Monrovia — It's been nearly a week since Doris Prowd went underground. The mother of four, upon learning that she had tested positive for the deadly Coronavirus knew all too well the stigma that came along with something like this. Like Deja vu, the feelings of 2014 deadly Ebola virus outbreak was seemingly staring her in the face.
"I know what people went through during Ebola; I know the fear of what happened during Ebola - and so I panicked, I got scared and ran away. I left my husband and four children and went to my family in Caldwell - because I did not want to be stigmatized," Prowd told FrontPageAfrica Tuesday via phone, hours after she had surrender herself to health authorities.
Prowd's case heralds what many see as a growing fear of stigmatization contributing to more and more people fearing testing for the Coronavirus, which has to date infected 59 persons and killed six.
Prowd, who works as a chef in the canteen at the National Social Security & Welfare Corporation as a chef, says she had a feeling something was wrong. "I began feeling chills and symptoms of malaria and so I informed my boss that I wasn't feeling well."
Prowd says she was sent to the Elbert Laboratory where she was given several tests. "My entire body was in pain, it felt like I had malaria. So, when I got to the lab they did all kinds of tests on me - cholera, malaria, typhoid, everything - and then they said they would send my samples for the Coronavirus - just to be sure."
Prowd says the lab informed authorities at the John F. Kennedy Medical Center who dispatched testers to test her for Corona.
"I did not get the results the same day - for Corona. They told me I had one plus malaria and give me some medications to take. "They said my cholesterol was high and they gave me prescription to buy medicine. They told me the Coronavirus result did not come but promised to call me when it did come in."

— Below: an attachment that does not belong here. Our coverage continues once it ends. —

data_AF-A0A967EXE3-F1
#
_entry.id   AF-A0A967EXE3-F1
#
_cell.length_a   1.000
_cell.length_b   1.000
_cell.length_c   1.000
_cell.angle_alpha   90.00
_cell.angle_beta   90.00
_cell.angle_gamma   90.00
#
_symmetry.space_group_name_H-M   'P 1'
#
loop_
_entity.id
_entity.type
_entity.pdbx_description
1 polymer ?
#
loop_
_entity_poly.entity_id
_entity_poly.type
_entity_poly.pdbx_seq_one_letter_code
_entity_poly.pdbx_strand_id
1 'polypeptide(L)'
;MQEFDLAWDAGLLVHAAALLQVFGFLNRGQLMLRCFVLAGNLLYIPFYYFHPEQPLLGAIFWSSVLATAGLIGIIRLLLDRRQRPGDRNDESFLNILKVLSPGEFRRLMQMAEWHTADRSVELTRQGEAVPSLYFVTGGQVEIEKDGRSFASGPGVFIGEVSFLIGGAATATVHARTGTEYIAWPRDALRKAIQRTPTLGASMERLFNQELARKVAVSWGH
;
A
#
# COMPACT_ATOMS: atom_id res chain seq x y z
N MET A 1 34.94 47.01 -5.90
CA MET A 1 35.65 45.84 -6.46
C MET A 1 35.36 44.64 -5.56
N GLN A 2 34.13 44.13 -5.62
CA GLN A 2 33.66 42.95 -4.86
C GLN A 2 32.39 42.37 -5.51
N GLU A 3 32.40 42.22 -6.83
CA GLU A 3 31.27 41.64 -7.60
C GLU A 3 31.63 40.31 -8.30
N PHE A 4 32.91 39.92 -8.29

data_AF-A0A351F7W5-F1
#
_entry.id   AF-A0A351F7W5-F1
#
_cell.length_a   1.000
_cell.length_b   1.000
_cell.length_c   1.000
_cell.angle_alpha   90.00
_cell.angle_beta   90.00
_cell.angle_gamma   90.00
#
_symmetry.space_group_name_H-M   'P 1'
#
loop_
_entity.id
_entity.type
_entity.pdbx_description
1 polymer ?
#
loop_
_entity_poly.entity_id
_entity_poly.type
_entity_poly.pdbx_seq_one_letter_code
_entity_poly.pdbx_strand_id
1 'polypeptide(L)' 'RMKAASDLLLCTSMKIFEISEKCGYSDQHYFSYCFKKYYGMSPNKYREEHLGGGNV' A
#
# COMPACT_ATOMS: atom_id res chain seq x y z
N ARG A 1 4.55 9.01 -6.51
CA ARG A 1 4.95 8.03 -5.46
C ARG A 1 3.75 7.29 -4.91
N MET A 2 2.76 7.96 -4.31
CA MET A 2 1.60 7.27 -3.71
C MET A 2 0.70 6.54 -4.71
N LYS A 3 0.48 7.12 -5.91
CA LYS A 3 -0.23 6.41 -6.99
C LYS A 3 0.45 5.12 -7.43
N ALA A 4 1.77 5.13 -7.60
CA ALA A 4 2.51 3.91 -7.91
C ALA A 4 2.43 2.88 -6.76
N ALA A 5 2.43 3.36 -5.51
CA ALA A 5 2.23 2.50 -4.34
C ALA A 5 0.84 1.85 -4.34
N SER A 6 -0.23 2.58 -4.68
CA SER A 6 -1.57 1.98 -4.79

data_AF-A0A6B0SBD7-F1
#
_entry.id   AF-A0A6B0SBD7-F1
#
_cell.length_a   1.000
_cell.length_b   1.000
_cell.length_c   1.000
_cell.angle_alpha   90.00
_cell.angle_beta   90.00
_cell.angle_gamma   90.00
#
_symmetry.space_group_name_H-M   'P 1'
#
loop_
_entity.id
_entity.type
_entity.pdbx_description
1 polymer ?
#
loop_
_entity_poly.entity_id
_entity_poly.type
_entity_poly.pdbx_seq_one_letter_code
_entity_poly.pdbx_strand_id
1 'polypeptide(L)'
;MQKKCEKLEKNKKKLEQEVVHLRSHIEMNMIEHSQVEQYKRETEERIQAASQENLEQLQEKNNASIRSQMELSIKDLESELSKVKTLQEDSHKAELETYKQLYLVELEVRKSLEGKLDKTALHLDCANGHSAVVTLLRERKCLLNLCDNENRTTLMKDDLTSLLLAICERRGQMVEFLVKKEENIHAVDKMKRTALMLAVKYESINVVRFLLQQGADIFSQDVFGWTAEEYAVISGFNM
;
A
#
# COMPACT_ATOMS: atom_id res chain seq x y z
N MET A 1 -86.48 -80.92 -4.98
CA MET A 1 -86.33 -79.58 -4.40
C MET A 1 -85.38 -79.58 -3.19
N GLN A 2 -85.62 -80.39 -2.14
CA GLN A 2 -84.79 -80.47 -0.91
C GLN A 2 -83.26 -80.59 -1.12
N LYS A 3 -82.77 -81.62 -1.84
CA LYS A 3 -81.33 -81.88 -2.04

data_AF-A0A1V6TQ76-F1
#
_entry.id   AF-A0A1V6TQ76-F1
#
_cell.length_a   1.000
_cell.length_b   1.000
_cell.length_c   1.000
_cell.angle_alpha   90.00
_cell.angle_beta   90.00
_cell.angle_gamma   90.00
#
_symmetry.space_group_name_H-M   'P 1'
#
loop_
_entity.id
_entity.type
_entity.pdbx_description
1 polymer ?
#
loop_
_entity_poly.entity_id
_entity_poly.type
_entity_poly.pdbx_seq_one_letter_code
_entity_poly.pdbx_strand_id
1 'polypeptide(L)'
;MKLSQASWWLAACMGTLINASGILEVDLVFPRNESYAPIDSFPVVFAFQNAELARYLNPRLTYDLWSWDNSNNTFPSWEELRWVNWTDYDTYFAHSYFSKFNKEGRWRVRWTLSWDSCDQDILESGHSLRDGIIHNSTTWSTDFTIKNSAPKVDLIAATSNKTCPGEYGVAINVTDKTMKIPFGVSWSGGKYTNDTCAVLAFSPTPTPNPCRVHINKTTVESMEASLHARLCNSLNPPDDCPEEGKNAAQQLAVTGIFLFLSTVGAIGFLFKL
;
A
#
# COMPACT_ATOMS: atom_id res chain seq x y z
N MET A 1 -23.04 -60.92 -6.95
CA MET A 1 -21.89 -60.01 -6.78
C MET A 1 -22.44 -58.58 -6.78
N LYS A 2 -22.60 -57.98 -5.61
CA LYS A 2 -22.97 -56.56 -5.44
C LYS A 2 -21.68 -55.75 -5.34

When the results finally came, it brought some painful memories and shock for Prowd. Prowd explained that she received a call from her boss that the laboratory had notified her that her test came back positive. "Boss lady called and said, 'you positive'. "I was in shock, I didn't know what to say - I didn't know what to do - In that moment, it felt like Ebola - all over again."
Since Prowd tested positive, NAASCORP has shut down its canteen. Both Elbert Laboratory and the recently completed Jahmale labs have also been shut down to the public after positive tests, especially at Jahmale.
Asked if she remembers how she may have been infected, Prowd is still baffled, uncertain and unsure. "I don't know, I don't remember touching anyone, I didn't go to any public gathering. I don't know... . I don't know."
Asked why she finally decided to come out of her hideout, Prowd says, a lot of people encouraged her and told her to go and get treated. "People started talking to me, telling me to stay strong and that's how I muster the courage to inform my family that I wanted to go and get treatment.
Prowd had agreed to turn herself in on Monday but after waiting several hours, the ambulance did not show up and another schedule was arranged for her to be picked up on Tuesday.
As fearful as the images has been of the virus around the world, Prowd appeared to be in good spirits on Tuesday. "I'm not coughing, not sneezing. 'I'm in good spirit. I have been taking the medications the doctors give me for malaria and that's how I have been managing."
Now quarantined at a hotel off the Robertsfield Highway, Prowd was glad to be back with her family. Sadly, three of four of them, including her husband, have tested positive for the virus. Her infant, is the only want who's test came back negative.
"I'm thankful to God that I can reunite with my family. The past week has not been easy. I give glory to God."
With fears and stigma now behind her, Prowd is encouraging others to do the same, to muster the courage and not feel stigmatized. In the same vein she says, communities should not stigmatize anyone who comes down with the virus. "It's better to go through the test. It's not harmful; they don't do anything bad to anybody; if you positive they will treat you - the sooner the better."